My daughter taught me to fail more.

Gwen and Thomas at Ladybird Johnson WIldflower Center
Gwen and Thomas

I’ve been watching my daughter grow up for almost two years now and recently she led me to an epiphany. I should fail more and I should do it at many things. I was watching her run around the park a few days ago and I was struck by the way she moved around. Every rock, bump, and obstacle was a challenge waiting to be attacked in a haphazard order. If she fell down, she got up and tried again. In the face of persistent and certain failure she asks for help, but she will give just about anything a go before asking.

What would the world look like if everyone took on life like this? We’d all be a bit more fit I suppose. But, we would also never stop trying new things. We wouldn’t care if people saw us fall down and in part we would not care because we would be too busy trying again.

The world is pretty big to a two year old child, but she doesn’t see it as daunting or intimidating. She doesn’t studiously avoid the playground equipment she isn’t adept on. Everything is a quiet challenge.

I’m off to pickup the gauntlet. Kindly look the other way when I’m picking myself up. Life is too short to live it all walking carefully.

You Can’t Replace Experience With Methodology

I have spent a lot of time reading books, articles, and blogs all about business, marketing, and startups. I don’t think it was wasted, but I don’t think it really prepares you to do much either. I think I’m better prepared to see mistakes coming for others, but I find that I tend to justify why my situation is different before learning the hard way that it is most certainly not.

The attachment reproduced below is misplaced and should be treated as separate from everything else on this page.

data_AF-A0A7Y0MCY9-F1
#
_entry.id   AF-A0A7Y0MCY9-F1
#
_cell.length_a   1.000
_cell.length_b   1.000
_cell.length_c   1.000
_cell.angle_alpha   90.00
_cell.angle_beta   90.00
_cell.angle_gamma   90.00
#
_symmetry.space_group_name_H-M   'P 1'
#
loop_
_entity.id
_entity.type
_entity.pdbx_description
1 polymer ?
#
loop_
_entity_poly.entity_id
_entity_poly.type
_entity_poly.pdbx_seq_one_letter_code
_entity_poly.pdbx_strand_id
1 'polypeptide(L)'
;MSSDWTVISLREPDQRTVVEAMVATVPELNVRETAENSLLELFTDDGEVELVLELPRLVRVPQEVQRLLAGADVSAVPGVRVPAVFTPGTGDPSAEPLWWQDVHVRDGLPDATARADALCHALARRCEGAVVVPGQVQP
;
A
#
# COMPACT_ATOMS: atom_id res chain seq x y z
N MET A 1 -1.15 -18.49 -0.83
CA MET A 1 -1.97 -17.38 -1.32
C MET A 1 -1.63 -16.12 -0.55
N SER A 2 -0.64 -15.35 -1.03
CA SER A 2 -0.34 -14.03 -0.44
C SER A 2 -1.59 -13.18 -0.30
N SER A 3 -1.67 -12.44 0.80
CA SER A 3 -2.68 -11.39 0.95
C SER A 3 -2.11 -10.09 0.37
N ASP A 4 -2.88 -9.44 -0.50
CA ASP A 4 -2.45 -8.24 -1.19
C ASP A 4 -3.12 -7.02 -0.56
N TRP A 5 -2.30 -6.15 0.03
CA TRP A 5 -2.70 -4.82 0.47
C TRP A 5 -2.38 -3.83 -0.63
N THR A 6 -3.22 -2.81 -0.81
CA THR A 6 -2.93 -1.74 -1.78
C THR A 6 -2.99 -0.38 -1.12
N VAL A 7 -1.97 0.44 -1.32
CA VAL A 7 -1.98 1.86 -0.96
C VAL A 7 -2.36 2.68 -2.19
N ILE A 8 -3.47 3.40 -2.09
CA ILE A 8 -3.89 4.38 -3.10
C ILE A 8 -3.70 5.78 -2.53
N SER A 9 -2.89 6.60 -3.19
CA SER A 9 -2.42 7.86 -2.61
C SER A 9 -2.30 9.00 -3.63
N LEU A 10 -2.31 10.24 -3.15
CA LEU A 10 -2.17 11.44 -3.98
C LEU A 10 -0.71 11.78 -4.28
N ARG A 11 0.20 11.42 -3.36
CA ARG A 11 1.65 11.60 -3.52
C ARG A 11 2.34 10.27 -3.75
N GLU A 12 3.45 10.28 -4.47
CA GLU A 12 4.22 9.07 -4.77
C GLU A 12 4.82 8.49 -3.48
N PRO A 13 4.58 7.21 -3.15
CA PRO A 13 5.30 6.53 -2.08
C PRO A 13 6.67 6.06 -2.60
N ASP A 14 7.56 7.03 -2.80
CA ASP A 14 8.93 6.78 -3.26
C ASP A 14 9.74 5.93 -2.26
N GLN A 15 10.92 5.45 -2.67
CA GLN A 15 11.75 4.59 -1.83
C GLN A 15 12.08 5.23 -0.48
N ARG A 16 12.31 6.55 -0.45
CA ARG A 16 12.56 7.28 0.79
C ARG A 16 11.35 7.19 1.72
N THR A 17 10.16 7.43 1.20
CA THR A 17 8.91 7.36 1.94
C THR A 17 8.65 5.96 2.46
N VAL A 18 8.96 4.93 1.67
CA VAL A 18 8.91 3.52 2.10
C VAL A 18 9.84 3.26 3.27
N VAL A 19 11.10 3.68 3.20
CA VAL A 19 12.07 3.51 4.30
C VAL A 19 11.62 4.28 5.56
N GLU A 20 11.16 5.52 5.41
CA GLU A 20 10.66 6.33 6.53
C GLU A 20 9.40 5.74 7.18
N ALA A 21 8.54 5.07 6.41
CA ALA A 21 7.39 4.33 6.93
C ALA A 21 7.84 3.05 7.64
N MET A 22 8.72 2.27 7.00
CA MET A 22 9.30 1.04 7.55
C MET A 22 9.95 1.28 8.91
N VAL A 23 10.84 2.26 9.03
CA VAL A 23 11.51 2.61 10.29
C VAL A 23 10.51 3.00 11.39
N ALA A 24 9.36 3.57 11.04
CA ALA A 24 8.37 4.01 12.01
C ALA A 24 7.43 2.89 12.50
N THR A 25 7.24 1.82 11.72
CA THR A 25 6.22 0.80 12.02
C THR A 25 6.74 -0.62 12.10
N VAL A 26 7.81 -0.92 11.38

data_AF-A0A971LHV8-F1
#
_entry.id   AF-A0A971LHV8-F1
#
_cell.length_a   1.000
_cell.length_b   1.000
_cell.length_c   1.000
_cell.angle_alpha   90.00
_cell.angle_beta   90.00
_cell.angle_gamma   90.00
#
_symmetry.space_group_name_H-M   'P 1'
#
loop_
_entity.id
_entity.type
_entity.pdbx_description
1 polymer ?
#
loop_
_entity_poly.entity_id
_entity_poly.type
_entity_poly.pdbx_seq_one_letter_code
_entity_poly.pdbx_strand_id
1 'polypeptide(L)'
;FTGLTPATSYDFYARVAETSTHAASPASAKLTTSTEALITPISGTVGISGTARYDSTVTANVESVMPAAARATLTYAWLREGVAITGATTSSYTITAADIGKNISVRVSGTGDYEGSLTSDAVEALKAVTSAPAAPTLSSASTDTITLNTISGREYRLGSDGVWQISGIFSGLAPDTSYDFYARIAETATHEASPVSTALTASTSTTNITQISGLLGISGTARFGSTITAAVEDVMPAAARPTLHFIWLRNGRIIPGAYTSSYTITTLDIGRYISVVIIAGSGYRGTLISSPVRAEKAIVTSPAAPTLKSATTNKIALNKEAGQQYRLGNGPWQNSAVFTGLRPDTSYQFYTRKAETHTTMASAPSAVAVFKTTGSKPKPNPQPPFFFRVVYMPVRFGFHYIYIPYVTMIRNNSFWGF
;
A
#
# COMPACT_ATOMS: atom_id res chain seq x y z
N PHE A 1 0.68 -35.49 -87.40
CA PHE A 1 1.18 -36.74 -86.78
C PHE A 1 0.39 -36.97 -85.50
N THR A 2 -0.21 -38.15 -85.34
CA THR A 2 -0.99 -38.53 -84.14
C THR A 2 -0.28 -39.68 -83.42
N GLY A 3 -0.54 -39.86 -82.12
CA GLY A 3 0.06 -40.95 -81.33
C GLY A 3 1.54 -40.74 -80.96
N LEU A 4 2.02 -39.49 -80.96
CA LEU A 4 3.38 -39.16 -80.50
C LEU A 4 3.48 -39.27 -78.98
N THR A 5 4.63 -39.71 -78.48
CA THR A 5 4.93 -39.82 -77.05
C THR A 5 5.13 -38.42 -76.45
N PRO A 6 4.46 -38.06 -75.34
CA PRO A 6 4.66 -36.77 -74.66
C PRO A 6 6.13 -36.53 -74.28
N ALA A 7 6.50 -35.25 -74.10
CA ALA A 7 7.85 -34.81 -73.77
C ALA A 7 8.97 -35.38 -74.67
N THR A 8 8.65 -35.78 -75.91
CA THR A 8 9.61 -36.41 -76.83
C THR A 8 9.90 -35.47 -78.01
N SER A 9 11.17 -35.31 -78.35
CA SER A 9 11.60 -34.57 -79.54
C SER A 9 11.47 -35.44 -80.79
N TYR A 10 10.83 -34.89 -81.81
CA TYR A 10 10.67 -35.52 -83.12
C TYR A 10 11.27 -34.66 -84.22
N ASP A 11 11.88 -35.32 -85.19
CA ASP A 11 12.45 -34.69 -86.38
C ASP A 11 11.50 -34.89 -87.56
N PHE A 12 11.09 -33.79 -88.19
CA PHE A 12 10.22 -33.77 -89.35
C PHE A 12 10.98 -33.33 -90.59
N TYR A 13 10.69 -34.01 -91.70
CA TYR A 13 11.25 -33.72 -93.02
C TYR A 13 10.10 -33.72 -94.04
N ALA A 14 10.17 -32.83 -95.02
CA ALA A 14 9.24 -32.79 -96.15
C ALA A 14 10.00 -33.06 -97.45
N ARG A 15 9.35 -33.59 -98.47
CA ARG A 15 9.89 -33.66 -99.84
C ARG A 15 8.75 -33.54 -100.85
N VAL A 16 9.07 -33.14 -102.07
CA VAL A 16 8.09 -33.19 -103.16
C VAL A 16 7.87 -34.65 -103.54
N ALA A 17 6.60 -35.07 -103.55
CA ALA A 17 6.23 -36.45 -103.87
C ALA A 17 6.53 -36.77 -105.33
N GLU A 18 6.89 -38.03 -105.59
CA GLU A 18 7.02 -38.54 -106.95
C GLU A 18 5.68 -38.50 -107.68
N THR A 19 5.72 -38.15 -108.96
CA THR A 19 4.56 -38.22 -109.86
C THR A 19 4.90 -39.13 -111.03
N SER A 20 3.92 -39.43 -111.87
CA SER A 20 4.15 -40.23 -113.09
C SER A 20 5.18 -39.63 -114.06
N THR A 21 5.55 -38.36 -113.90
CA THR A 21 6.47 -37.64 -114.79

I don’t think this is a bad thing. Experience is a superlative instructor. ( It reminds me of the Stanford Machine Learning course introduction to neural networks. The brain only has one really versatile learning algorithm and experience is the input. ) I expected the recent ‘You’re Overthinking It‘ article to be more along these lines. An exhortation to do more stuff, but it was not to be.

Do more stuff! Lean process emphasizes shortening the iteration cycle in order to speed up product development. Faster development with customers driving the process just might yield a profitable business before you run out of cash or motivation. I’m actively combining this simple and widely applied insight with another related one, “Practice makes perfect.” ( Boy, was Solomon right: There is nothing new under the sun. )

I’m thinking a little less about doing the perfect thing at the perfect time. I’m trying to build a large quantity of short, fast iterations in each area I want to improve. I have started adding small projects that let me get those experiences with less commitment and more focus. This is all one reason why I support Rob’s thinking behind acquisition. I’m planning to do a bit of that on a small scale myself. It’s a (hopefully?) great way to get instant reps.

A Defense of Reading

I know there are a lot of techniques I’ve learned through reading that gave me the chance to go out and get key experience. I think the mental models that analysis and synthesis of different perspectives develops can help me a lot. Even if that help is only deeper understanding after (re-)learning a hard lesson. I also think that connecting to these things motivates me. It makes me put on my startup/business/developer/marketer hat and act accordingly. That is useful to me on a long day, but I’ve got to balance reading with doing. Doing is the only one that really puts me closer to my goals.